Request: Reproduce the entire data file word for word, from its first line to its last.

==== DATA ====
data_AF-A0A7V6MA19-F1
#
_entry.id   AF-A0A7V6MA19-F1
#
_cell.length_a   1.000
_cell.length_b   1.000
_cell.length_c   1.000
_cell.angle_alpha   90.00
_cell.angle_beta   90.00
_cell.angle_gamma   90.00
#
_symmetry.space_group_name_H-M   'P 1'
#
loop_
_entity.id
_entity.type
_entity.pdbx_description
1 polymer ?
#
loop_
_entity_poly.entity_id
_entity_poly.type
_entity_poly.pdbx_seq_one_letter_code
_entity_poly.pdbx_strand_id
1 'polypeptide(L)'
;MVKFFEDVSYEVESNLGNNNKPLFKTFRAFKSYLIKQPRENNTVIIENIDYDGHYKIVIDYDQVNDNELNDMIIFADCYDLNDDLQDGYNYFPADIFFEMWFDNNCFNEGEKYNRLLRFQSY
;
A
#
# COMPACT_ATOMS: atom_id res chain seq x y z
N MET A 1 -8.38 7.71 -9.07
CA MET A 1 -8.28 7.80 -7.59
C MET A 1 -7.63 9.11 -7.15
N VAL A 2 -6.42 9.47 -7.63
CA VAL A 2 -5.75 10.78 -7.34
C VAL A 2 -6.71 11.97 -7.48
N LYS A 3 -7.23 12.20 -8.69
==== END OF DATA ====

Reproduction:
data_AF-A0A7V6MA19-F1
#
_entry.id   AF-A0A7V6MA19-F1
#
_cell.length_a   1.000
_cell.length_b   1.000
_cell.length_c   1.000
_cell.angle_alpha   90.00
_cell.angle_beta   90.00
_cell.angle_gamma   90.00
#
_symmetry.space_group_name_H-M   'P 1'
#
loop_
_entity.id
_entity.type
_entity.pdbx_description
1 polymer ?
#
loop_
_entity_poly.entity_id
_entity_poly.type
_entity_poly.pdbx_seq_one_letter_code
_entity_poly.pdbx_strand_id
1 'polypeptide(L)'
;MVKFFEDVSYEVESNLGNNNKPLFKTFRAFKSYLIKQPRENNTVIIENIDYDGHYKIVIDYDQVNDNELNDMIIFADCYDLNDDLQDGYNYFPADIFFEMWFDNNCFNEGEKYNRLLRFQSY
;
A
#
# COMPACT_ATOMS: atom_id res chain seq x y z
N MET A 1 -8.38 7.71 -9.07
CA MET A 1 -8.28 7.80 -7.59
C MET A 1 -7.63 9.11 -7.15
N VAL A 2 -6.42 9.47 -7.63
CA VAL A 2 -5.75 10.78 -7.34
C VAL A 2 -6.71 11.97 -7.48
N LYS A 3 -7.23 12.20 -8.69